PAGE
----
So, you are ready to start working light more intentionally. That’s good. Off-camera lighting is a major crossroads for creativity in the art of photography. You have so many possibilities to discover and explore. Let’s get after it.
In getting started with flash photography, I find it useful to begin with a modest kit. Focusing on what you can do with one light, modifiers and diffusion. Once you have started to get predictable results with that, you will know better why you want more. What more you can do.
Any basic light kit should contain at least a light (duh), a way to trigger the light, a stand to mount the light securely, and a way to modify the light.
We live in the world of cheap food, cheap clothes and cheap fun. Likewise, inexpensive hot shoe flash options out there and unlike the food, the quality is really good. Most of these modestly priced flashes are similar and perform about the same. In my case, I began with the Yongnuo Chinese brand. I went with their system because it was well reviewed, had solid options for triggering and integrating, and it was a great value. Here is a basic kit I would recommend:
The current version of Yongnuo’s most popular flash, the YN560IV has good power output, integrated trigger, and can act as a master to control other flashes in the same family. While the latter feature isn’t critical if you have a dedicated trigger for your camera, the cost between the 560III and the 560IV is negligible. You decide.
The previous generation of the 560 was a big step at its introduction. It was the first to embed the trigger inside. As mentioned above, it is nearly the same price as the version IV and lacks the master controls. If you want to save a couple of dollars, one or several of these will work great with the suggested triggers below.
One trigger to rule them all! The YN560-TX sits in the hot shoe of your camera and allows you to control and trigger your flashes wirelessly. You can set both the power and zoom of a group of flashes or set up each flash specific to it’s role. Two caveats to this option:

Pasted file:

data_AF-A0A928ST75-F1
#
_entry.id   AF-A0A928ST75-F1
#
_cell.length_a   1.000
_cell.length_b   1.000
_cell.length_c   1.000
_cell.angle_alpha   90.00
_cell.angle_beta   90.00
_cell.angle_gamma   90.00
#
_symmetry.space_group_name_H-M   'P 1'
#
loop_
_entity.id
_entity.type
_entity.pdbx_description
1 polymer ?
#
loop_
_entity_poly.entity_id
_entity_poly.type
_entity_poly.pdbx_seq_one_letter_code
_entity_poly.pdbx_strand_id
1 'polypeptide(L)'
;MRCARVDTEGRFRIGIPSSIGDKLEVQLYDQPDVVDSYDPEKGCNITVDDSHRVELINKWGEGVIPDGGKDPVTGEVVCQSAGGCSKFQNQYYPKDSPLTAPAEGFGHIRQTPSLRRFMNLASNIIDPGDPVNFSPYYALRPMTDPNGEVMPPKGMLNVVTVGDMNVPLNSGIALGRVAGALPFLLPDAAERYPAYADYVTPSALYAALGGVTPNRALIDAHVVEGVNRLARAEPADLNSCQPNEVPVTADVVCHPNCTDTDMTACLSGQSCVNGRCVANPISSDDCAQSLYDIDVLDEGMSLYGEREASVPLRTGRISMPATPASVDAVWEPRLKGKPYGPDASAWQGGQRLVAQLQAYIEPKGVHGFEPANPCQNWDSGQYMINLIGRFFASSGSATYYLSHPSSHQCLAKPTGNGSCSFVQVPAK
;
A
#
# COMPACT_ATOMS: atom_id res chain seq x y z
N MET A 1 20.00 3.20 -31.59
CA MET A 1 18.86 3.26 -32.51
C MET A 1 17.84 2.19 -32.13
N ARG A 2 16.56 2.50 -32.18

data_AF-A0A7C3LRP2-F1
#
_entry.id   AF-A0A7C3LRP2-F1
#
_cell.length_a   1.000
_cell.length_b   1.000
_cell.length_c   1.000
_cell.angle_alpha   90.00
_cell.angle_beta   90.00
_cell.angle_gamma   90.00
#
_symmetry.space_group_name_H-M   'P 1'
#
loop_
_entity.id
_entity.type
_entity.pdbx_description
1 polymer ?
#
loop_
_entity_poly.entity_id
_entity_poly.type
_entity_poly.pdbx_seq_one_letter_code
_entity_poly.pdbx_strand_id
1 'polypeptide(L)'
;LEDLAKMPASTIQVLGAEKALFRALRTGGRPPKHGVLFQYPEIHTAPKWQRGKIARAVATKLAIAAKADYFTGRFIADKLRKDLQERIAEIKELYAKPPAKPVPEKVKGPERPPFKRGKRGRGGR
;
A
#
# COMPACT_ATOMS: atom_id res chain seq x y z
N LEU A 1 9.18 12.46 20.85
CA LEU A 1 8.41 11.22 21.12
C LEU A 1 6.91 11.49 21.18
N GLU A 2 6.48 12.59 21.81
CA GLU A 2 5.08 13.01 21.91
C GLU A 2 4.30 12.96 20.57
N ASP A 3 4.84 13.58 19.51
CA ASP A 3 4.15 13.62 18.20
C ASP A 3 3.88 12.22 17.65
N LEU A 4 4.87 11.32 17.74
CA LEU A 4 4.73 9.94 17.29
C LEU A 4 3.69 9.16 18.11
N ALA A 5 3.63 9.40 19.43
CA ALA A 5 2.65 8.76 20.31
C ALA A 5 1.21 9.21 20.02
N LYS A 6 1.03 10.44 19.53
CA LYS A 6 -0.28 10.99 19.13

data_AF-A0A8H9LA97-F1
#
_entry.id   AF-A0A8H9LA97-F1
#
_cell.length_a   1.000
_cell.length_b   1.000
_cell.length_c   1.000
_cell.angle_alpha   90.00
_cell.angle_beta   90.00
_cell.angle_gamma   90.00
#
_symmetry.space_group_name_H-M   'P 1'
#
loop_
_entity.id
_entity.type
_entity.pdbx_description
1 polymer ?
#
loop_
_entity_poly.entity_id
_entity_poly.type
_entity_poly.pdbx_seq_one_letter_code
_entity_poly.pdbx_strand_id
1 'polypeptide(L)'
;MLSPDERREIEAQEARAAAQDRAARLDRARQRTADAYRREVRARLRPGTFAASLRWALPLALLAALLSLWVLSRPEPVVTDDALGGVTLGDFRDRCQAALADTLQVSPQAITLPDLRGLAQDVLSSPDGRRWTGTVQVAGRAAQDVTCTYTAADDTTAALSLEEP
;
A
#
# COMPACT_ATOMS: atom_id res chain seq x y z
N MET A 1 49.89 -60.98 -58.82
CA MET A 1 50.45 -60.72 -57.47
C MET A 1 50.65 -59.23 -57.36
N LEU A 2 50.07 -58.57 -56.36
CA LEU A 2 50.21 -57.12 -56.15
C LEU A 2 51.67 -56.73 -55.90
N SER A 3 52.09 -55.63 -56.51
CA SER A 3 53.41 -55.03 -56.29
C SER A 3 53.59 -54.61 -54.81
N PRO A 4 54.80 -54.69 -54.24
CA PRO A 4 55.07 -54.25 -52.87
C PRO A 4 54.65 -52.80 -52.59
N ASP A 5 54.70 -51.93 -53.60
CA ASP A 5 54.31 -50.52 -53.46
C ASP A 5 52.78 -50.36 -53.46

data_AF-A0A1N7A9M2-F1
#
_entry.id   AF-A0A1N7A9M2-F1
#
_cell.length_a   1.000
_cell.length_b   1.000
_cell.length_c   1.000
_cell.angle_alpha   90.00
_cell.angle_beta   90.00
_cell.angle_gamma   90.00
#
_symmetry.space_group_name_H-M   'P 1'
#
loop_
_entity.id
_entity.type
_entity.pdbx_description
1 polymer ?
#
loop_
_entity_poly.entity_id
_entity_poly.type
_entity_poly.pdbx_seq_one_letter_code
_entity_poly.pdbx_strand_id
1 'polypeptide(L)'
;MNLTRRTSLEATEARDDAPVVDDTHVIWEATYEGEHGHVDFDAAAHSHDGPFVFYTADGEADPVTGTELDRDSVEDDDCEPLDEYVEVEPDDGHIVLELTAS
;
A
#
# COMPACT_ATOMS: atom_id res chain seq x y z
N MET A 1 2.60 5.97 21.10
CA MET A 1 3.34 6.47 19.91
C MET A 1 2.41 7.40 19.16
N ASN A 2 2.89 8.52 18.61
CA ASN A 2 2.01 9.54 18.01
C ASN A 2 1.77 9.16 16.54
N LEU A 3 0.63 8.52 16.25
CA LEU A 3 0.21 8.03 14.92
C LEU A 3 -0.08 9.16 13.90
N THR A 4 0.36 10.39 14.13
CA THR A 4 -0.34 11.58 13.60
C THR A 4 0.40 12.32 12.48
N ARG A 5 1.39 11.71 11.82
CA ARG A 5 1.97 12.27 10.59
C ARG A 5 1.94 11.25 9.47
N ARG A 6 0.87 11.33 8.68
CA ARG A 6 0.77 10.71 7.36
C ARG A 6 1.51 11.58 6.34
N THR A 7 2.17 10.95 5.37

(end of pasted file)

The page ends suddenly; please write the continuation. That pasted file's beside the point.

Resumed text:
You could buy two of the 560IV flashes and mount one on your camera to control the off-camera flash. Personally, I don’t see the value in this. Rarely will I want flash coming straight from the camera. It seems like a waste to me.
Also, Yongnuo does have other, slightly cheaper triggers that will do the basic function of triggering the light. They will not offer you the control at the camera, however. If you value your time or the subject’s time, preventing extra back and forth action is worth the $10 difference.
There are a few pieces of photography gear you will hold onto forever or until it breaks. Support gear, like stands, is one of these items. While you don’t need to break the bank on them, just know that you will be living with them for a long time.
The purpose of the stand is to securely mount your light setup in a way that it can be placed where it needs to be for your shot. The lighter the stand, the less secure and subject to unforeseen actions sending your light and modifier to the ground. Two ideas to consider on this:
The best case: Use assistants